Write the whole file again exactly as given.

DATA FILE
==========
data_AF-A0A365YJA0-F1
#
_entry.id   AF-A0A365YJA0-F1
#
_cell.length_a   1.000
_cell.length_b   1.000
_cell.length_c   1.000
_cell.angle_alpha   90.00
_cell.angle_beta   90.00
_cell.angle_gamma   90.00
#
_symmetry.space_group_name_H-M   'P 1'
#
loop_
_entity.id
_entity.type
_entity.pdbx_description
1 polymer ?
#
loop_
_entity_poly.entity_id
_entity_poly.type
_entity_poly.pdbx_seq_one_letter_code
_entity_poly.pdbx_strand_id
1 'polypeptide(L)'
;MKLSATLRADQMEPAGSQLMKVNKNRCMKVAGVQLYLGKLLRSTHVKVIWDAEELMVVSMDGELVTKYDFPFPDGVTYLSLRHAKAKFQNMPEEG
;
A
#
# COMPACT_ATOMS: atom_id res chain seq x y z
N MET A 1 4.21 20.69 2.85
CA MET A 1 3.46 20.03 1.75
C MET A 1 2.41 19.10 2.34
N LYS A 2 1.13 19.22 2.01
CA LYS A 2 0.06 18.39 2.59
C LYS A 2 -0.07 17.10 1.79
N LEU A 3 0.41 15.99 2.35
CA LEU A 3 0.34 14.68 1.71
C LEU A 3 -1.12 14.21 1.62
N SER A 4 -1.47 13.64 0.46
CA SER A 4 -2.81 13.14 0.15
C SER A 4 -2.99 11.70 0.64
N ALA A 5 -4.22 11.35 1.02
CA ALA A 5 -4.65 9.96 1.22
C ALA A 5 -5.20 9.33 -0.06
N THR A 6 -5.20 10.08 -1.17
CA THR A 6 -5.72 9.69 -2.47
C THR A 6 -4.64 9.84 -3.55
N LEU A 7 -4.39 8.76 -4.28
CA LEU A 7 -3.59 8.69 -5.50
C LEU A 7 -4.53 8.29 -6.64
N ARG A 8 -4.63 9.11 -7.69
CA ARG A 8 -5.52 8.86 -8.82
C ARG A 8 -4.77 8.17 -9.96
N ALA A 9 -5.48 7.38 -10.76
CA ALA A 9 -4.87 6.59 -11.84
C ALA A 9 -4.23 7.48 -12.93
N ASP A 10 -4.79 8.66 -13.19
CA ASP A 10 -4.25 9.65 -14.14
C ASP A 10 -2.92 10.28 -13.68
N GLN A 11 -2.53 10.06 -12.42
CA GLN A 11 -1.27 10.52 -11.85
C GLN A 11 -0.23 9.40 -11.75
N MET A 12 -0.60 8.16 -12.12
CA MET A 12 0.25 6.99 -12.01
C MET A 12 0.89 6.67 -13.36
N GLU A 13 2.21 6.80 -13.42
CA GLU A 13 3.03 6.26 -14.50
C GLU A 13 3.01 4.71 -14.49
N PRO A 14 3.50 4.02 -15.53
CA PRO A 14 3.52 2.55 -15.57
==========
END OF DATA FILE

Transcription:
data_AF-A0A365YJA0-F1
#
_entry.id   AF-A0A365YJA0-F1
#
_cell.length_a   1.000
_cell.length_b   1.000
_cell.length_c   1.000
_cell.angle_alpha   90.00
_cell.angle_beta   90.00
_cell.angle_gamma   90.00
#
_symmetry.space_group_name_H-M   'P 1'
#
loop_
_entity.id
_entity.type
_entity.pdbx_description
1 polymer ?
#
loop_
_entity_poly.entity_id
_entity_poly.type
_entity_poly.pdbx_seq_one_letter_code
_entity_poly.pdbx_strand_id
1 'polypeptide(L)'
;MKLSATLRADQMEPAGSQLMKVNKNRCMKVAGVQLYLGKLLRSTHVKVIWDAEELMVVSMDGELVTKYDFPFPDGVTYLSLRHAKAKFQNMPEEG
;
A
#
# COMPACT_ATOMS: atom_id res chain seq x y z
N MET A 1 4.21 20.69 2.85
CA MET A 1 3.46 20.03 1.75
C MET A 1 2.41 19.10 2.34
N LYS A 2 1.13 19.22 2.01
CA LYS A 2 0.06 18.39 2.59
C LYS A 2 -0.07 17.10 1.79
N LEU A 3 0.41 15.99 2.35
CA LEU A 3 0.34 14.68 1.71
C LEU A 3 -1.12 14.21 1.62
N SER A 4 -1.47 13.64 0.46
CA SER A 4 -2.81 13.14 0.15
C SER A 4 -2.99 11.70 0.64
N ALA A 5 -4.22 11.35 1.02
CA ALA A 5 -4.65 9.96 1.22
C ALA A 5 -5.20 9.33 -0.06
N THR A 6 -5.20 10.08 -1.17
CA THR A 6 -5.72 9.69 -2.47
C THR A 6 -4.64 9.84 -3.55
N LEU A 7 -4.39 8.76 -4.28
CA LEU A 7 -3.59 8.69 -5.50
C LEU A 7 -4.53 8.29 -6.64
N ARG A 8 -4.63 9.11 -7.69
CA ARG A 8 -5.52 8.86 -8.82
C ARG A 8 -4.77 8.17 -9.96
N ALA A 9 -5.48 7.38 -10.76
CA ALA A 9 -4.87 6.59 -11.84
C ALA A 9 -4.23 7.48 -12.93
N ASP A 10 -4.79 8.66 -13.19
CA ASP A 10 -4.25 9.65 -14.14
C ASP A 10 -2.92 10.28 -13.68
N GLN A 11 -2.53 10.06 -12.42
CA GLN A 11 -1.27 10.52 -11.85
C GLN A 11 -0.23 9.40 -11.75
N MET A 12 -0.60 8.16 -12.12
CA MET A 12 0.25 6.99 -12.01
C MET A 12 0.89 6.67 -13.36
N GLU A 13 2.21 6.80 -13.42
CA GLU A 13 3.03 6.26 -14.50
C GLU A 13 3.01 4.71 -14.49
N PRO A 14 3.50 4.02 -15.53
CA PRO A 14 3.52 2.55 -15.57